# Reorder level

Reorder level

A reorder level is the point at which stock on hand must be supplied and also the inventory level at which an order should be placed [1]. It is a point or quantity level at which the order for the supply of materials must be placed when materials in stores reach. "The order point is calculated from three factors [2]:

• the expected usage
• the time interval between initiating an order and its receipt, referred to as the lead time
• the minimum inventory, or safety stock"

The formula for figuring reorder level:

1. Reorder level = Safety stock + (Average usage $$\cdot$$ Average reorder period or lead time)
2. Reorder level = Maximum reorder period $$\cdot$$ Maximum usage

## Reorder point planning

In the reorder point planning procedure the system collates available warehouse stock with the reorder level. If the available stock falls under the reorder level, then an order proposal is created. The reorder point is made up of the elements, which is the sum of the safety stock plus the supposed average material consumption within the replenishment lead time [3]. There are two types of reorder point planning [4]:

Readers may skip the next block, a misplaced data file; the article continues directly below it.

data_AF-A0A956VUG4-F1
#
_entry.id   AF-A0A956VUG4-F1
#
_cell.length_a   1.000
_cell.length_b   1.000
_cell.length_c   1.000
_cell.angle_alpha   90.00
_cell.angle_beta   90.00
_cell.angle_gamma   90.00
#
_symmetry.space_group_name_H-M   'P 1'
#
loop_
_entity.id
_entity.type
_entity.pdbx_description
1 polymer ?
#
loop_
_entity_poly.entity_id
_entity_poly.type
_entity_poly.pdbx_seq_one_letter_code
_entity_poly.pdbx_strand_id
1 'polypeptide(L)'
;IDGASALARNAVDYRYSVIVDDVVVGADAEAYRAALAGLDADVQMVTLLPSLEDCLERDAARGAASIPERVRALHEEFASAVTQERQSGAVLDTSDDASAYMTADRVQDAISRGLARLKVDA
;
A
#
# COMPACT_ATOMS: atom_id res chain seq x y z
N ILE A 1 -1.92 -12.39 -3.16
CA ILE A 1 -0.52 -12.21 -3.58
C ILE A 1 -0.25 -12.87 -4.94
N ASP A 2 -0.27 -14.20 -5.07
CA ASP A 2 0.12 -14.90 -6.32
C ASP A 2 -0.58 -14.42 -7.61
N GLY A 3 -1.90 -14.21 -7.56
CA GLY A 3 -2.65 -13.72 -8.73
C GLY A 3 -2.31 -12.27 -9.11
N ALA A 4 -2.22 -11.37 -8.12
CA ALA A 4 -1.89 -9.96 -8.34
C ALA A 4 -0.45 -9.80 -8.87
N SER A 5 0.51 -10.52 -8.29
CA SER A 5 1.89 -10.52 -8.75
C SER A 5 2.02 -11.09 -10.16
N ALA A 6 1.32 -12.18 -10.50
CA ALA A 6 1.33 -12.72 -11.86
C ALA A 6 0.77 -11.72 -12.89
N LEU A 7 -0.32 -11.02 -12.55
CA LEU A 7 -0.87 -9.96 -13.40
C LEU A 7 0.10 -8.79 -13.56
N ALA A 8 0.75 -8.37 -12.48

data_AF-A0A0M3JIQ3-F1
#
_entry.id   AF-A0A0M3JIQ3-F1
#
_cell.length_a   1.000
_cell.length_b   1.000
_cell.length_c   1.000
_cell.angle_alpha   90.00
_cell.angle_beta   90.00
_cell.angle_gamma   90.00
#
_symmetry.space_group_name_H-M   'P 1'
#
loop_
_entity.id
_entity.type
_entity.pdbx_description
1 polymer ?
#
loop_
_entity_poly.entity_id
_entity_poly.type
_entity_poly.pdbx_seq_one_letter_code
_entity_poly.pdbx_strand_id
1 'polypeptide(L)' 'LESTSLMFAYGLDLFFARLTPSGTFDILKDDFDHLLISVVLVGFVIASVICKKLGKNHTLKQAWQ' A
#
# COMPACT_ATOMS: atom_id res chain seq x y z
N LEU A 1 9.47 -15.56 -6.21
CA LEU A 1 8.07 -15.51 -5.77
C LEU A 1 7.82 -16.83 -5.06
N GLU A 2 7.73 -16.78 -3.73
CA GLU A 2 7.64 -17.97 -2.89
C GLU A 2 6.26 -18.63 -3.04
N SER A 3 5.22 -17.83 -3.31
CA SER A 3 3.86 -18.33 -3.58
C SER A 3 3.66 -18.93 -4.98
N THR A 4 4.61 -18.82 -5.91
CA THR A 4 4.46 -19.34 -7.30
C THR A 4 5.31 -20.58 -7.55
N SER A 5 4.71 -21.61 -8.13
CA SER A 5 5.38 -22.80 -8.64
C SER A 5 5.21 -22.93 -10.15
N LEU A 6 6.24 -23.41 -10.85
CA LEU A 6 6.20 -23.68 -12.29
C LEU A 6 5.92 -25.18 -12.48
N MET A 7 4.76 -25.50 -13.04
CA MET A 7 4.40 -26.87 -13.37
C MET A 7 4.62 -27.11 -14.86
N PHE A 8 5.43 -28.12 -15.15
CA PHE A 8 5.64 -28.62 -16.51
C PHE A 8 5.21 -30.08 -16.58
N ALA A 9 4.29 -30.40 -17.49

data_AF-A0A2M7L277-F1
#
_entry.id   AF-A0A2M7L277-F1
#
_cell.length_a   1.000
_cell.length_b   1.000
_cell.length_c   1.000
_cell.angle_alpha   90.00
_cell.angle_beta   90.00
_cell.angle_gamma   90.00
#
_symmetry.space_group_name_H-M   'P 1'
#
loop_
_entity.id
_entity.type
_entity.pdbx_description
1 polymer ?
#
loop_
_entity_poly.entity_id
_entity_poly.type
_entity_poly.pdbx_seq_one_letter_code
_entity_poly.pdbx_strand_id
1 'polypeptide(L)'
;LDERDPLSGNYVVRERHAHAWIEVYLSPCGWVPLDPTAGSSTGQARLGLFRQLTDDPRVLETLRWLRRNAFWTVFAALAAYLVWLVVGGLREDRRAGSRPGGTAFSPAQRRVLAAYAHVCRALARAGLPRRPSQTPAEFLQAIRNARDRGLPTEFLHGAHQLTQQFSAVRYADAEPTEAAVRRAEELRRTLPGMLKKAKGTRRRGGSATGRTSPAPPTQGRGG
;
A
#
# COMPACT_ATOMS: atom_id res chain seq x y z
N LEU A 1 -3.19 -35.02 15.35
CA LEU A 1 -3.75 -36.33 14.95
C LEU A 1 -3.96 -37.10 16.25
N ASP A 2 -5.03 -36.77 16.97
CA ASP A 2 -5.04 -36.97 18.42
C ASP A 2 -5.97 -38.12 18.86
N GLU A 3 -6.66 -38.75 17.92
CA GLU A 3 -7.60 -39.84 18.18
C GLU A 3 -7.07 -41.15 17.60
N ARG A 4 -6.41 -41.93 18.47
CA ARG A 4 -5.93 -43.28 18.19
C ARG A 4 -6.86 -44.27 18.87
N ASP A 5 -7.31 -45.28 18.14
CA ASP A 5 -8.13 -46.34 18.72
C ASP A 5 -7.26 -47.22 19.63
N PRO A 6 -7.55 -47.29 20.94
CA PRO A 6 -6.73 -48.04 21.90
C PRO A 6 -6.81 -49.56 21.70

• Manual reorder point planning - In this type of reorder point planning, reorder level and the safety stock level are manually defined within the appropriate material master.
• Autonomic reorder point planning - The reorder level and the safety stock level determine the integrated forecasting program. The system uses past consumption data and forecast data to calculate the reorder level and the safety stock level.

## Reorder level system

The reorder level system is also called the two-bin system. Its characteristics are [5]:

• A calculated reorder level is set for each item
• When the stock level decline to the reorder level, a replenishment order is issued
• The replenishment order amount is invariably the EOQ
• The name "two-bin system" comes from a simple method of operating the system whereby the stock is segregated into two bins. In the beginning, stock is drawn from the first bin, and a replenishment order released when it becomes empty.
• Most organizations operating the reorder level system keep stock records with calculated reorder levels, which trigger off the required replenishment order.

## Footnotes

1. S. R. Vallabhaneni 2015, p. 85
2. J. Lal, S. Srivastava 2009, p. 88
3. Sap R/3 Black Book 2006, p. 532
4. Kogent Learning Solutions 2010, p. 147
5. T. Lucey 2002, p. 232

Author: Gabriela Wojtaszek